[toc]The Connecticut House of Representatives passed a bill last Wednesday that authorizes the state’s two gaming tribes, the Mashantucket Pequots and Mohegans, to build a $300 million satellite casino in East Windsor. The bill previously passed the Senate in May. It will now be sent to Gov. Dan Malloy.
Malloy hasn’t signaled if he will sign the legislation. Even if he does, the casino might never be built — MGM plans on challenging it, if it becomes law.
Why an East Windsor casino?
The project’s proponents hope the casino will help offset the anticipated cannibalization from new casinos in Massachusetts and New York.
East Windsor is in northern Connecticut, about 15 minutes from the Massachusetts border. The town is less than a half-hour from Springfield, Massachusetts, where MGM plans to open a billion-dollar casino in the fall of 2018.
Both casinos sites are located right on the very busy I-91 roadway.
The tribes likely believe their casino would act as a choke point for travelers who would otherwise drive the extra 30 minutes to Springfield, but wouldn’t drive the extra hour to Foxwoods or Mohegan Sun.
Without the East Windsor casino, MGM Springfield is equidistant or closer than the current tribal casinos for most Connecticut residents. Plus, its newness would likely make it a more attractive destination.
MGM challenging the casino in court
As noted in the opening, the bill will face legal challenges.
According to MassLive.com, MGM Resorts International Senior VP and legal counsel Uri Clinton says his company “will continue to vigorously advocate in the courts as we seek to protect the constitutional rights of any company hoping to do business in Connecticut.”
MGM isn’t necessarily challenging the location of the casino. Rather, MGM opposes the closed process that granted the license to the two Connecticut tribes without considering other proposals. Clinton commented after the House vote:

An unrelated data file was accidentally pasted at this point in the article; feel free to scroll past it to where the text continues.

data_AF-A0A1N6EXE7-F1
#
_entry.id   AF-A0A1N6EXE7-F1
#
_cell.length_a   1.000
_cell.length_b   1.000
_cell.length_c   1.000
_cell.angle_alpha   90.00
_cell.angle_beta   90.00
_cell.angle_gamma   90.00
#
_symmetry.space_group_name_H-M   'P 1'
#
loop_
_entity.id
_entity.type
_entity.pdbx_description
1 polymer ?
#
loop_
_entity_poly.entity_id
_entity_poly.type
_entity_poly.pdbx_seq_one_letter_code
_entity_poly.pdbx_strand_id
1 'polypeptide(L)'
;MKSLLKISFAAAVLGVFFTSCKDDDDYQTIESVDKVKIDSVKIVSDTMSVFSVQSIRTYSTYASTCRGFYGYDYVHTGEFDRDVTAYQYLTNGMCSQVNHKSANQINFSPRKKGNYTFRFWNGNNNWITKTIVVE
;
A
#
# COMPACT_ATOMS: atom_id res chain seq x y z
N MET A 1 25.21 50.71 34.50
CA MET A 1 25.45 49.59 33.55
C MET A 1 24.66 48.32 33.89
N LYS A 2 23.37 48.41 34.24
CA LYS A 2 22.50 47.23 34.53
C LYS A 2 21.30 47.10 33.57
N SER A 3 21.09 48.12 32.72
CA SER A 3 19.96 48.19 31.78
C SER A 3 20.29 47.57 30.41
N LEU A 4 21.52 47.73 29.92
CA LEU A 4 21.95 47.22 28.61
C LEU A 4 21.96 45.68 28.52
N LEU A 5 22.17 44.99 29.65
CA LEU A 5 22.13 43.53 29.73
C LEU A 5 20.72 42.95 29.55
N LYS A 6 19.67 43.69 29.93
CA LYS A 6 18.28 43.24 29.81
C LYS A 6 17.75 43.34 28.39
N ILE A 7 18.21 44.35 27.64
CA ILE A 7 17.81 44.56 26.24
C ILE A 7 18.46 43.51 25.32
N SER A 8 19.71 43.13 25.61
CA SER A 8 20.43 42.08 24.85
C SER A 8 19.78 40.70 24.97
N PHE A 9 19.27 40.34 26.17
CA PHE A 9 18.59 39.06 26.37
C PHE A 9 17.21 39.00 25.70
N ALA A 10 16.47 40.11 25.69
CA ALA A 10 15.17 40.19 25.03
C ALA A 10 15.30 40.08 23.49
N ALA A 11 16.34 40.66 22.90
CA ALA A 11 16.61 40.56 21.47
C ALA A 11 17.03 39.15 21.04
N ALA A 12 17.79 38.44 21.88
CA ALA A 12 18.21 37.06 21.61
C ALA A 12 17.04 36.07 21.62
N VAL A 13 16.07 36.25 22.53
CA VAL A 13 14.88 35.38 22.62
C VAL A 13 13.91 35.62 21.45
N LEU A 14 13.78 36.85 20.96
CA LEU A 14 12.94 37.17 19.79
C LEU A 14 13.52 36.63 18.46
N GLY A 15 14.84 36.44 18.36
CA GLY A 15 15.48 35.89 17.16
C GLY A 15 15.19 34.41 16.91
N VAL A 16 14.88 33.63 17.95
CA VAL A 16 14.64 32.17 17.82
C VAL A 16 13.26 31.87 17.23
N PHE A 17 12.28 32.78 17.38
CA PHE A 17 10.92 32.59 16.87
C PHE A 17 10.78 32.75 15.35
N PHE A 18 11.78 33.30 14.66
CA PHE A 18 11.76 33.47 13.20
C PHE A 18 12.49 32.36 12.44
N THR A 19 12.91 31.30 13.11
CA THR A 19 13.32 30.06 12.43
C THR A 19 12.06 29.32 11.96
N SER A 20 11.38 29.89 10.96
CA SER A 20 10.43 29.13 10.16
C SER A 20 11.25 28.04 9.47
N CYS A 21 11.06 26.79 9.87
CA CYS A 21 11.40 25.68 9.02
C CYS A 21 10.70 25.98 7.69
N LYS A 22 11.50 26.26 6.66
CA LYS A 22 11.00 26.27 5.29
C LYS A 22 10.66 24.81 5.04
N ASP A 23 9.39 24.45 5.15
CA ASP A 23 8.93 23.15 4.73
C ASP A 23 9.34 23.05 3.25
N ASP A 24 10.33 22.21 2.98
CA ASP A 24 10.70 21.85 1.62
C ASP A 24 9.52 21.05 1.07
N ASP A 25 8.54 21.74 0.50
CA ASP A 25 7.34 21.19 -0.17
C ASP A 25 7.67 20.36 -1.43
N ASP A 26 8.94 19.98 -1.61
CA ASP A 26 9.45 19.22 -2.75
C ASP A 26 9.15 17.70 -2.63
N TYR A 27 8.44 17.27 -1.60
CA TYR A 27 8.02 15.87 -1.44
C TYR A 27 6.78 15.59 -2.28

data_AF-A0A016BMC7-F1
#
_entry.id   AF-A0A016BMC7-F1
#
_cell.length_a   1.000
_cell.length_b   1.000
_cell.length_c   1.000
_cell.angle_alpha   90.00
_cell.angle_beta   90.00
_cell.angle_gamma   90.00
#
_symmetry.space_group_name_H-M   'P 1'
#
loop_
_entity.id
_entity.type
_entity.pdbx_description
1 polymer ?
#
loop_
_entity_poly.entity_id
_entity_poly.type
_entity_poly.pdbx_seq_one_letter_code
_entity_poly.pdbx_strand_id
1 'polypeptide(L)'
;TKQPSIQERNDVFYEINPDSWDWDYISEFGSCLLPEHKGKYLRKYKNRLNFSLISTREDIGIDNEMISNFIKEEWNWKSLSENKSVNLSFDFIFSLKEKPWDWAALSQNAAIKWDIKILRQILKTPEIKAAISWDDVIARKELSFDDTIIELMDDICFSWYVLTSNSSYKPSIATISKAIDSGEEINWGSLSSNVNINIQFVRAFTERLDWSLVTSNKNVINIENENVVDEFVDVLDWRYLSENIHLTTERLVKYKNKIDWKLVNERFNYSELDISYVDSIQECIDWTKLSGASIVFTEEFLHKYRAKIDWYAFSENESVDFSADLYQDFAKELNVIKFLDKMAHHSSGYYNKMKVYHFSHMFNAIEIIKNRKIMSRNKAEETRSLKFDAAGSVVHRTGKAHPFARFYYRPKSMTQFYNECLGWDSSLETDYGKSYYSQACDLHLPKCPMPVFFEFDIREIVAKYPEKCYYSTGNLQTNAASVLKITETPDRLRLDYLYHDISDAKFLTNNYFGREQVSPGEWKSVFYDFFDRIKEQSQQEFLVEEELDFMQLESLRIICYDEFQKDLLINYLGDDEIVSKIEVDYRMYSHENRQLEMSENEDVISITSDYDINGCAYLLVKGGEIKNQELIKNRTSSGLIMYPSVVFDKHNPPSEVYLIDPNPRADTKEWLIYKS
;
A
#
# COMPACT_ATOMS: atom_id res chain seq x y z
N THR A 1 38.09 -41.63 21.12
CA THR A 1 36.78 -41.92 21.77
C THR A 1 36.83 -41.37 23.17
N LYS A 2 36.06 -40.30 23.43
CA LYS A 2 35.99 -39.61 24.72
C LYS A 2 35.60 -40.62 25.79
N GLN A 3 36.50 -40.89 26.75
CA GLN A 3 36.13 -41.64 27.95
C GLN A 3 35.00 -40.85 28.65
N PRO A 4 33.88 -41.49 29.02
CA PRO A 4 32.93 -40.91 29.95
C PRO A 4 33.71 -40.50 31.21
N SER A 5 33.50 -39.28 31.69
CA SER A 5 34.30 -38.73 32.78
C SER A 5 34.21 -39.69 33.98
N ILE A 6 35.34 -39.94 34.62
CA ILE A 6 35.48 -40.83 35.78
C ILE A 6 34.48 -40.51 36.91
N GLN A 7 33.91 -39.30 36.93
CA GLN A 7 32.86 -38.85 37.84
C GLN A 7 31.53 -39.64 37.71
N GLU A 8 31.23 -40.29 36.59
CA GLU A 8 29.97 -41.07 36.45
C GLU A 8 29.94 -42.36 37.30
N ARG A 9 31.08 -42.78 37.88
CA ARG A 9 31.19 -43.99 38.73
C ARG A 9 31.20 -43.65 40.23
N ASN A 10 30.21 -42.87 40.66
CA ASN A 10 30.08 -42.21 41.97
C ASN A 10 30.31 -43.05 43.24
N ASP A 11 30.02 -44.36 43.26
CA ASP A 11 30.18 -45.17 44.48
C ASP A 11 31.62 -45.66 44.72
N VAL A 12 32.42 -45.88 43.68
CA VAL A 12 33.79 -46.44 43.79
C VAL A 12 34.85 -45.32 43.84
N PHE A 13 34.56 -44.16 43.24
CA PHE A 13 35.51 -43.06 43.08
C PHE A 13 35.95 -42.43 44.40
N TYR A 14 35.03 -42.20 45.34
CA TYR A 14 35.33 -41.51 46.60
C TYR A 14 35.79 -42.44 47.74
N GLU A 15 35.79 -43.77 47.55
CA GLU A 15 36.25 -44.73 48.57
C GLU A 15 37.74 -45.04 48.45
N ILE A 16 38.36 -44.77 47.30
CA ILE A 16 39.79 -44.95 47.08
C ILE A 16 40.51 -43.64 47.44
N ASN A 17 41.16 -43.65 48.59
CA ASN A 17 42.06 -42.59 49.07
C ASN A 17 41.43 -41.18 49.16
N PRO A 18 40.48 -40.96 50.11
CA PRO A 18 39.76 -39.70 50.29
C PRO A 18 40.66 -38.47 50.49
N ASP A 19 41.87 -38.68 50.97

“Connecticut missed an enormous opportunity to put in place an open, transparent and competitive casino process, which could have resulted in as much as $1 billion in economic development, the creation of thousands of jobs and a licensing fee paid to the state of up to $100 million,” “What Connecticut got instead was far less than that.”
MGM advocates casino near NY
In a June op-ed, MGM CEO Jim Murren let the cat out of the bag about wanting the state to open up its process to commercial casinos.
In the op-ed, Murren calls for an open process. He also makes the case for locating the casino in Bridgeport, which happens to be his hometown.
Bridgeport is in the southwestern corner of Connecticut, about an hour-and-a-half from Springfield. It is only 65 miles from New York City.
Effectively, MGM’s goal is to open up the process not to build a better casino in East Windsor. Its end goal is to build a better casino farther away from Massachusetts though.
As Murren notes in his op-ed:
“Economic analysis has established it is in Connecticut’s best interest to begin a competitive bid process. Connecticut need only look to Massachusetts to see the benefits of an open competition. The industry’s largest companies competed for the opportunity to develop resorts, driving capital investment up by hundreds of millions of dollars above the minimum thresholds set by the legislature.
Connecticut can — and should — reap substantial financial benefits, beginning with application and license fees, through construction and continuing when the doors open.”